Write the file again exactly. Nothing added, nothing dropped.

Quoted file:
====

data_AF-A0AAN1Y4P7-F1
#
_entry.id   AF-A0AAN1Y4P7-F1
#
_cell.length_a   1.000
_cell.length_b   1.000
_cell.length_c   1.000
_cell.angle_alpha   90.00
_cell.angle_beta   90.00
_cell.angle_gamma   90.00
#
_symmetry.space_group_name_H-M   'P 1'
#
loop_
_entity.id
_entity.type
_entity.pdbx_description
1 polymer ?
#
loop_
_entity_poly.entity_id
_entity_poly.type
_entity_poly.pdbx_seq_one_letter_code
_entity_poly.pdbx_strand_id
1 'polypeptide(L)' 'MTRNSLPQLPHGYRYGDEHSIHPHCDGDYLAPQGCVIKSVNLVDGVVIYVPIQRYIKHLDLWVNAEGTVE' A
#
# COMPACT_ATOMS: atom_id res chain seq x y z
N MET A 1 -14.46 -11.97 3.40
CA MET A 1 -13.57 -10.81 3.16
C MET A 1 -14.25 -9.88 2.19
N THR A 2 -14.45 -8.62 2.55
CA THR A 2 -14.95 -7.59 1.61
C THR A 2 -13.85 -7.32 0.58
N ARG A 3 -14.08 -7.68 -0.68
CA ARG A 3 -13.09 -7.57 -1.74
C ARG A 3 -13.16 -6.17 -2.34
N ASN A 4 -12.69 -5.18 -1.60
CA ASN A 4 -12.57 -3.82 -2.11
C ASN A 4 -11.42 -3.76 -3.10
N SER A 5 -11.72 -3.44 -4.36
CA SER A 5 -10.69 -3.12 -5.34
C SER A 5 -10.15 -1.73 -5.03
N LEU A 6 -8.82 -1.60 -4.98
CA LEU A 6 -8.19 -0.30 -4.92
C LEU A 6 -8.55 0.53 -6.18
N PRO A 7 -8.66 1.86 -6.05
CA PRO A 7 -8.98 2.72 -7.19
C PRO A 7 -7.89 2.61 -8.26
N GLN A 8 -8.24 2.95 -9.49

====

data_AF-A0AAN1Y4P7-F1
#
_entry.id   AF-A0AAN1Y4P7-F1
#
_cell.length_a   1.000
_cell.length_b   1.000
_cell.length_c   1.000
_cell.angle_alpha   90.00
_cell.angle_beta   90.00
_cell.angle_gamma   90.00
#
_symmetry.space_group_name_H-M   'P 1'
#
loop_
_entity.id
_entity.type
_entity.pdbx_description
1 polymer ?
#
loop_
_entity_poly.entity_id
_entity_poly.type
_entity_poly.pdbx_seq_one_letter_code
_entity_poly.pdbx_strand_id
1 'polypeptide(L)' 'MTRNSLPQLPHGYRYGDEHSIHPHCDGDYLAPQGCVIKSVNLVDGVVIYVPIQRYIKHLDLWVNAEGTVE' A
#
# COMPACT_ATOMS: atom_id res chain seq x y z
N MET A 1 -14.46 -11.97 3.40
CA MET A 1 -13.57 -10.81 3.16
C MET A 1 -14.25 -9.88 2.19
N THR A 2 -14.45 -8.62 2.55
CA THR A 2 -14.95 -7.59 1.61
C THR A 2 -13.85 -7.32 0.58
N ARG A 3 -14.08 -7.68 -0.68
CA ARG A 3 -13.09 -7.57 -1.74
C ARG A 3 -13.16 -6.17 -2.34
N ASN A 4 -12.69 -5.18 -1.60
CA ASN A 4 -12.57 -3.82 -2.11
C ASN A 4 -11.42 -3.76 -3.10
N SER A 5 -11.72 -3.44 -4.36
CA SER A 5 -10.69 -3.12 -5.34
C SER A 5 -10.15 -1.73 -5.03
N LEU A 6 -8.82 -1.60 -4.98
CA LEU A 6 -8.19 -0.30 -4.92
C LEU A 6 -8.55 0.53 -6.18
N PRO A 7 -8.66 1.86 -6.05
CA PRO A 7 -8.98 2.72 -7.19
C PRO A 7 -7.89 2.61 -8.26
N GLN A 8 -8.24 2.95 -9.49